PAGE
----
young employees

young employees

By 2030, more than 30% of the global working population will be Gen Z. So, employers need to focus on how to cultivate a working environment that interests this generation. Gen Z craves a collaborative and team-friendly work environment. This tech-savvy generation expects transparency, lower stress levels, and they see failure as an opportunity. On top of that, 38% of Gen Z prefers work-life balance over a high salary. 

Millennials are not interested in anything but entertainment. They don’t know how to work hard. They want a lot of money at once and don’t want to take responsibility for their work. This generation has no executive authority and no default instinct for obedience. HR directors at banks and large corporations are sounding the alarm: a generation of millennials, people born in the age of the Internet, social networks and the heyday of the commodity economy, is entering the market.

Large corporations with an established culture and traditions are forced to become more flexible, to implement digital systems and game methods. The market needs people who are unshackled by past experience, inventors, free and bright personalities. The management system is undergoing changes, and executives are beginning to act as brand ambassadors, setting a personal example of a modern leader for young employees. You can talk as much as you want about the abolition of the dress code and buns in the office, but if the head of the business is a conservative, you cannot fool millennials with a pretty picture.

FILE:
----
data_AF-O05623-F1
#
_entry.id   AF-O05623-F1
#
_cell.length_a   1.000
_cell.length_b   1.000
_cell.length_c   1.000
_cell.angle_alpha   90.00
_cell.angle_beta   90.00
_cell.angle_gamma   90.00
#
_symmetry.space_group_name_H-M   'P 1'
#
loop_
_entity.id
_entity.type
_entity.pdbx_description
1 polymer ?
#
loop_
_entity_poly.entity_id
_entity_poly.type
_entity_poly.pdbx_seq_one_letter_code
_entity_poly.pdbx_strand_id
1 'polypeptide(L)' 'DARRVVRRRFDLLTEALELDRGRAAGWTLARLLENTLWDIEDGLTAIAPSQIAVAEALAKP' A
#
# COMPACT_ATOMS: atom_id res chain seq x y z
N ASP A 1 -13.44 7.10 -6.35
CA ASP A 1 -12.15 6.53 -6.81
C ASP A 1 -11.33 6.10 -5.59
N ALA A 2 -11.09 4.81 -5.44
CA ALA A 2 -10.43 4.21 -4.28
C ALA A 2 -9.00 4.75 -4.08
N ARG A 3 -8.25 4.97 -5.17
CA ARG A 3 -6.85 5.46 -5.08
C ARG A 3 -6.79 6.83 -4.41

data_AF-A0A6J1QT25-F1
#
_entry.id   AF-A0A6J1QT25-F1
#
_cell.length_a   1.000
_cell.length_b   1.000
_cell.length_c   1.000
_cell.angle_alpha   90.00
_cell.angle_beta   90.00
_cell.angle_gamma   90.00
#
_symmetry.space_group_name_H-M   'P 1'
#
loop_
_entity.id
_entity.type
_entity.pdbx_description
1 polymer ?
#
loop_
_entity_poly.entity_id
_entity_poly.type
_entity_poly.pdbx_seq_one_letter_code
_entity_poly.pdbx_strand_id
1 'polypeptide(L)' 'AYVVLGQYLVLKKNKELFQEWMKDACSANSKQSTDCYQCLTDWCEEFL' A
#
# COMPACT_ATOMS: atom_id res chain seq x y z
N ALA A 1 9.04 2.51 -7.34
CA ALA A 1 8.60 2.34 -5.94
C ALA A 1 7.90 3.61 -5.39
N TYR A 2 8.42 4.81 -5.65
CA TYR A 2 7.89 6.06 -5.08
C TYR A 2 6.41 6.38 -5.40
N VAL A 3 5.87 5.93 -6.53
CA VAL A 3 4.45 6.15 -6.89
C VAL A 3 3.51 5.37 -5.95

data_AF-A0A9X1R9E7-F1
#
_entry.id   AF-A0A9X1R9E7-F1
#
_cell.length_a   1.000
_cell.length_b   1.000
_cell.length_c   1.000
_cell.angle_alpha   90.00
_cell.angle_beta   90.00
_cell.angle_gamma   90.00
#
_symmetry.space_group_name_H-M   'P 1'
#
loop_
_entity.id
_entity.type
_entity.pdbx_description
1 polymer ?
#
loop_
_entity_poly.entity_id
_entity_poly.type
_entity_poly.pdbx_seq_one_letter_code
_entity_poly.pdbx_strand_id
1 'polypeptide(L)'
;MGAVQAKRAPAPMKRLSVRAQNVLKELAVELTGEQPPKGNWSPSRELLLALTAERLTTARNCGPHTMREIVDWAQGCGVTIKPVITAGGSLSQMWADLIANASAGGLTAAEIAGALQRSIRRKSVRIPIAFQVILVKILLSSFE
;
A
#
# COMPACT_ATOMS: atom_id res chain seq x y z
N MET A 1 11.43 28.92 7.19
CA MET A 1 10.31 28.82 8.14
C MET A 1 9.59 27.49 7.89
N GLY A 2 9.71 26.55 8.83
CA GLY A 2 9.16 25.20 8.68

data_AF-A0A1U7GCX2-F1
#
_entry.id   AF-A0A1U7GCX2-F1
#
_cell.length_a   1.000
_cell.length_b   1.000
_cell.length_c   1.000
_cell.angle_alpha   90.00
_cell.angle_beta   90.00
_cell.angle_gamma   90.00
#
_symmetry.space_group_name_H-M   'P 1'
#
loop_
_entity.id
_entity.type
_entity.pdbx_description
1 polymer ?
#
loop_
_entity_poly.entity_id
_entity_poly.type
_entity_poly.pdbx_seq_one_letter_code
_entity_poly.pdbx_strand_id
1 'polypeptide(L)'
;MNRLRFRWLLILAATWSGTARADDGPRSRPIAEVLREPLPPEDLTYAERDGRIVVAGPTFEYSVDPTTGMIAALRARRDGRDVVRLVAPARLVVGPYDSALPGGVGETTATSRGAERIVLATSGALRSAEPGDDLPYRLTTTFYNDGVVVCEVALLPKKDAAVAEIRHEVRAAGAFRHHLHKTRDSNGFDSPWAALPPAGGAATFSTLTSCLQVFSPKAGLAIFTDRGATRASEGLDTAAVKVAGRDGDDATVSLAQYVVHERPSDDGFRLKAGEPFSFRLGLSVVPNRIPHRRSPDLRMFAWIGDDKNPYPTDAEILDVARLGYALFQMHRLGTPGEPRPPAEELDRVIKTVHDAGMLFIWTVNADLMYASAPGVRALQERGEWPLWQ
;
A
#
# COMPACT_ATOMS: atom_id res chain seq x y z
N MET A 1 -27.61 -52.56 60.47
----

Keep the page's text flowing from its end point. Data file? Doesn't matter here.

Work-Quest

Of course, millennials love to have fun and are superior to previous generations, who often worked because they had to, not because they wanted to. These are completely different platforms for achieving engagement. However, if a person does what they love, they relate to it in a completely different way, they put in more of themselves. Millennials have become the first generation to strive to take their place in the career chain based solely on their desires. And it is this factor that allows young people to achieve success much earlier than their predecessors.

The following statement that the new-format youth do not know how to work hard is an excellent complement to the first thesis. Millennials are used to having fun until they can’t get a pulse out of it, which means that work must be turned into entertainment. There are many companies that allow a lot of perks and fun at work. IT companies turned the office into an amusement park: cafes with interests, cinemas, fitness centers, skating rinks and swimming pools, playgrounds for game tournaments, and master classes during working hours. They try new motivation systems with non-material prizes, and organize weekend trips to Europe for the whole department.